China is raising the stakes in its bid to become a major player in space science. At a kick-off meeting in Beijing last week, China's National Space Science Center, part of the Chinese Academy of Sciences (CAS), began detailed design studies for a satellite that would round out an array of orbiting platforms for probing x-rays from the most violent corners of the cosmos.
The enhanced X-Ray Timing and Polarimetry (eXTP) mission would be China's most ambitious space science satellite yet—and its most expensive, with an estimated price tag of $473 million. To pull it off, China is assembling a collaboration involving more than 200 scientists so far from dozens of institutions in 20 countries. If the eXTP mission passes a final review next year, it would launch around 2025.
Chinese scientists "are becoming leaders in the field of x-ray astrophysics," says Andrea Santangelo, an astrophysicist at the University of Tübingen in Germany and eXTP's international coordinator. Last year, the National Space Science Center launched the Hard X-ray Modulation Telescope, which is observing high-energy objects such as black holes and neutron stars. As early as 2021 it will be joined by the Einstein Probe, a wide-field x-ray sentinel for transient phenomena such as gamma ray bursts and the titanic collisions of neutron stars or black holes that generate gravitational waves. "For years we have used data from U.S. and European missions," says eXTP Project Manager Lu Fangjun, an astrophysicist at the CAS Institute of High Energy Physics in Beijing. Now, he says, "We want to contribute [observational data] to the international community."
The eXTP mission would fill a unique niche in x-ray astronomy. Two pioneering x-ray telescopes launched in 1999, NASA's Chandra X-ray Observatory and Europe's XMM-Newton, capture x-rays from the distant universe, gleaning clues to the formation and evolution of stars and galaxies. eXTP will probe neutron stars and black holes closer to home and monitor how they and their environments change on short timescales. "The goal is to study fundamental physics in the most extreme conditions in terms of density of matter, magnetic fields and gravity that you cannot reproduce in labs," Santangelo says.
eXTP would be able to collect more photons at a wider range of energies than previous telescopes. Three of its instruments would simultaneously measure energy spectra and polarization of x-rays from cosmic sources, and track how emissions change over microseconds to milliseconds as objects pulsate or rotate. "This powerful payload is absolutely unique," Santangelo says. Paul Ray of the U.S. Naval Research Laboratory in Washington, D.C., principal investigator of a similar proposed mission called STROBE-X, says: “Recent advances in solid-state x-ray detector technologies have been incorporated into several mission concepts including … STROBE-X and eXTP. … These new instruments will be critical in the era of time domain astronomy.”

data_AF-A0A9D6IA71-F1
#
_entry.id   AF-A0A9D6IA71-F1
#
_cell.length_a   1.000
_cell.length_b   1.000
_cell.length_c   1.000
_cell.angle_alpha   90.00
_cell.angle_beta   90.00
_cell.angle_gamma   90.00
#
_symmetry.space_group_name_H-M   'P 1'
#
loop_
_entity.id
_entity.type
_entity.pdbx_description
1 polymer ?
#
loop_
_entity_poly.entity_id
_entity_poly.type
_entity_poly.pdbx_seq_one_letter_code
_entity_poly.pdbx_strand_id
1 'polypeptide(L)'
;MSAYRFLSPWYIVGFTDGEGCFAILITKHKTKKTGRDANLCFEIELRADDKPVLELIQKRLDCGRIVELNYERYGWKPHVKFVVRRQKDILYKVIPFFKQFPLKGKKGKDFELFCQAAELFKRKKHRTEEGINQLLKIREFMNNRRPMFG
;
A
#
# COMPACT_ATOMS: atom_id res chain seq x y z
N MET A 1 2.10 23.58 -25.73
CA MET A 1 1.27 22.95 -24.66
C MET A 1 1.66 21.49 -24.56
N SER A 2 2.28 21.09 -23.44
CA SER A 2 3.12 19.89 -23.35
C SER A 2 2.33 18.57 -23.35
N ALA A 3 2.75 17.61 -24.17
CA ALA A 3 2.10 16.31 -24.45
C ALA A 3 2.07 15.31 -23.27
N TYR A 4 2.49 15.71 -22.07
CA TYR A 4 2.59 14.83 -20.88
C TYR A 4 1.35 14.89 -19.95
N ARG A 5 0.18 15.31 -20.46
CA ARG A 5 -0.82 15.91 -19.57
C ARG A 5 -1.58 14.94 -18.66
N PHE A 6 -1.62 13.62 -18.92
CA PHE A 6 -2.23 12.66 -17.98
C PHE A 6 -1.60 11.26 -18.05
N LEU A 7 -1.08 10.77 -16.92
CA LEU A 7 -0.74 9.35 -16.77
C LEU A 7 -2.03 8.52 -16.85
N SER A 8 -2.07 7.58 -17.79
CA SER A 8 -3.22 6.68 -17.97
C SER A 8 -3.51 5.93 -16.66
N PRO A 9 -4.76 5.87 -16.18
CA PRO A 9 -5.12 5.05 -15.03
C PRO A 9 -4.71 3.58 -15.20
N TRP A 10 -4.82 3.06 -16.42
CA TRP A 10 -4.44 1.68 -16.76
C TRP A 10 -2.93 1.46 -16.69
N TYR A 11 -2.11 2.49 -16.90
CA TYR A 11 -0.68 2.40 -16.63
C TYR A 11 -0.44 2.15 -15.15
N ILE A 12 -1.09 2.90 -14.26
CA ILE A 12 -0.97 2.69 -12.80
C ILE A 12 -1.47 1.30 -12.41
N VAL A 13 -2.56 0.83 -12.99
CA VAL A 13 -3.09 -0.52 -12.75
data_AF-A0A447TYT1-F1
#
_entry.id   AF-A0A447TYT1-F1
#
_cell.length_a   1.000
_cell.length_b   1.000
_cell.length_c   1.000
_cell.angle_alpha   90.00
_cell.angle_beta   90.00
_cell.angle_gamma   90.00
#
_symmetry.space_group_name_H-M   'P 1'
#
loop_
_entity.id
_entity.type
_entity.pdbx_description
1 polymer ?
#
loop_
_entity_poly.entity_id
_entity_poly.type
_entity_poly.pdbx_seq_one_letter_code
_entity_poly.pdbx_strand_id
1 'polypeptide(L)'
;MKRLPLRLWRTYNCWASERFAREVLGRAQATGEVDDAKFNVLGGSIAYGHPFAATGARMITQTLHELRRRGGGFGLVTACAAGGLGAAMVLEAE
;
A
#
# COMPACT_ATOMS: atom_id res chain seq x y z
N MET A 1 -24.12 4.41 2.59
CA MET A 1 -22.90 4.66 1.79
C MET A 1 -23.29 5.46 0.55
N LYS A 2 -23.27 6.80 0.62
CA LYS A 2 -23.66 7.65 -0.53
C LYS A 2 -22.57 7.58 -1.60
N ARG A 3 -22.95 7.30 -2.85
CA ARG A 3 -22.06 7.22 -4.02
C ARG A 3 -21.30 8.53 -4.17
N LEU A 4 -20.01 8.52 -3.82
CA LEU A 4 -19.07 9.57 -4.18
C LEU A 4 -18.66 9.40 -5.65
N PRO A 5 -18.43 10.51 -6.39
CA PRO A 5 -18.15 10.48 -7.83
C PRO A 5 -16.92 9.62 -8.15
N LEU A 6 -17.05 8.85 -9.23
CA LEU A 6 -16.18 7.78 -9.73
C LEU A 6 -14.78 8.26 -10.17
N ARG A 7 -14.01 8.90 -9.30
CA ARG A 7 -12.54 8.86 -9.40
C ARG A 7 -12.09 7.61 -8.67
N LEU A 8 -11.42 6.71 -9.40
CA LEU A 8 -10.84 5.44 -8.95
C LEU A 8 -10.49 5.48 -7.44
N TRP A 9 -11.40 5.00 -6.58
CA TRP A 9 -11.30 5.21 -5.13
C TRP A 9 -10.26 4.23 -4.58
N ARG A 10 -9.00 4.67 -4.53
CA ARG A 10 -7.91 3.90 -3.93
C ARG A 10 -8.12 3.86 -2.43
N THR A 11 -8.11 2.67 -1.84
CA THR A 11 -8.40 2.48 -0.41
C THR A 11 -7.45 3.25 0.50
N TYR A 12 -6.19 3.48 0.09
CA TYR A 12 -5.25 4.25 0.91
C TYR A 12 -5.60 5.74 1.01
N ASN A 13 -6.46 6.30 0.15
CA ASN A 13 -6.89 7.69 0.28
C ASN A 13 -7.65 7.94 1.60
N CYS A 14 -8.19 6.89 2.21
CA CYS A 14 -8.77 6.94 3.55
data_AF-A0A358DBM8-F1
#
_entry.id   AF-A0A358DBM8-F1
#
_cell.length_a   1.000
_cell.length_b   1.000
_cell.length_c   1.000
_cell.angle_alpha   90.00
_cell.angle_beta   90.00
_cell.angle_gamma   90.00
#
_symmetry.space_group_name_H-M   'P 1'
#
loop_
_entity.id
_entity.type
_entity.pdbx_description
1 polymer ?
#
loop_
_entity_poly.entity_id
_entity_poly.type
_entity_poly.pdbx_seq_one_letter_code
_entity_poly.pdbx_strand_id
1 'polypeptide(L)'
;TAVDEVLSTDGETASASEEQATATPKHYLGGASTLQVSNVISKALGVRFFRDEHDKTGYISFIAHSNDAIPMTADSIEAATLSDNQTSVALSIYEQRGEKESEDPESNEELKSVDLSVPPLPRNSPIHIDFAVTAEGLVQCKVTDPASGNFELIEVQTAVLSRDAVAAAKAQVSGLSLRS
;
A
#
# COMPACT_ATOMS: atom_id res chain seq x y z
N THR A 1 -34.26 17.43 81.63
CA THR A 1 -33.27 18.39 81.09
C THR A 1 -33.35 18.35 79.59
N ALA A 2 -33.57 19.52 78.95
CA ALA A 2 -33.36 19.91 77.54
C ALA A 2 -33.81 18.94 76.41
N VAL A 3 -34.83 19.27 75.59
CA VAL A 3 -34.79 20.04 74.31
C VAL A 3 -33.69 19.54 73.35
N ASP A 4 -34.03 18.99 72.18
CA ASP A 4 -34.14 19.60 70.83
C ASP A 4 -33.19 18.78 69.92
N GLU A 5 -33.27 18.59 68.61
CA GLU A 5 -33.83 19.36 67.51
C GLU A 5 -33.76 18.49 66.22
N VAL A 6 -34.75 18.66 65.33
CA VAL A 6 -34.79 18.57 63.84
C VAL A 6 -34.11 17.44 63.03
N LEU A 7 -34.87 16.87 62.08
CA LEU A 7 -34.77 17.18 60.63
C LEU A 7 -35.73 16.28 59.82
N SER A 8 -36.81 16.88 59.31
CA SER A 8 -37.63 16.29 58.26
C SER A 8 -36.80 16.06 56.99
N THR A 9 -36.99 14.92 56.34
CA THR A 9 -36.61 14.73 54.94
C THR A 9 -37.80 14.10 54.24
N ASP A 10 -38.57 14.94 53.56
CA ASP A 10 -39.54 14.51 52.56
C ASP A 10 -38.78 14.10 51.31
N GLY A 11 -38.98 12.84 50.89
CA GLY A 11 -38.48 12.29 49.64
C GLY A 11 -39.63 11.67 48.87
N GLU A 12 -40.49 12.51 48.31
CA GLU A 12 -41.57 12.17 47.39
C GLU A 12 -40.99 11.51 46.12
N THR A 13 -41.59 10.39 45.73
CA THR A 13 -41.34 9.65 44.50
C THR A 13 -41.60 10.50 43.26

Such data would provide clues to how matter behaves when compressed to the extreme densities thought to exist in the cores of neutron stars, and could reveal whether the stars really are made of neutrons or whether the particles have disintegrated into their constituent quarks or other exotic states. eXTP could also measure how matter behaves in the strong gravity close to black holes. Albert Einstein's general theory of relativity, which describes gravity, makes predictions, but these have never been tested under such extreme conditions. And eXTP's suite of instruments would look for evidence to support predictions about how light and matter interact in the powerful magnetic fields associated with certain neutron stars.
The eXTP Wide Field Monitor, in the meantime, would observe a large swath of sky for flashes of x-rays from transient events, for example from merging black holes and neutron stars. Other eXTP instruments, as well as visible light and gravitational wave observatories on the ground, could then train their sights on the object of interest.
Europe and China had each contemplated going it alone on a next-generation x-ray satellite before opting to team up. A European consortium has pledged to build two of the satellite's four scientific instruments. And European and Chinese scientists will provide electronics and detectors for each other's instruments. Europe could ante up further hardware or even funding if the European Space Agency (ESA) comes in on the project, which Santangelo calls "desirable and probable."
eXTP will be "a flagship mission for astrophysics" until other observatories come online, Santangelo says. These include ESA's Advanced Telescope for High-Energy Astrophysics, which, if given a final go-ahead, could be launched around 2028.
Ray and his colleagues are working on a science case and design for STROBE-X which will then be assessed by the decadal survey for astrophysics in 2020. It has similar aims as eXTP, but could have up to twice the budget. "eXTP will get good estimates of the radii of a few neutron stars, but really mapping out the parameter space nature provides will require STROBE-X," says team member Thomas Maccarone of Texas Tech University in Lubbock. A handful of U.S.-based scientists are helping define eXTP's science objectives and will likely analyze data, which Lu expects to share openly.
With reporting by Daniel Clery.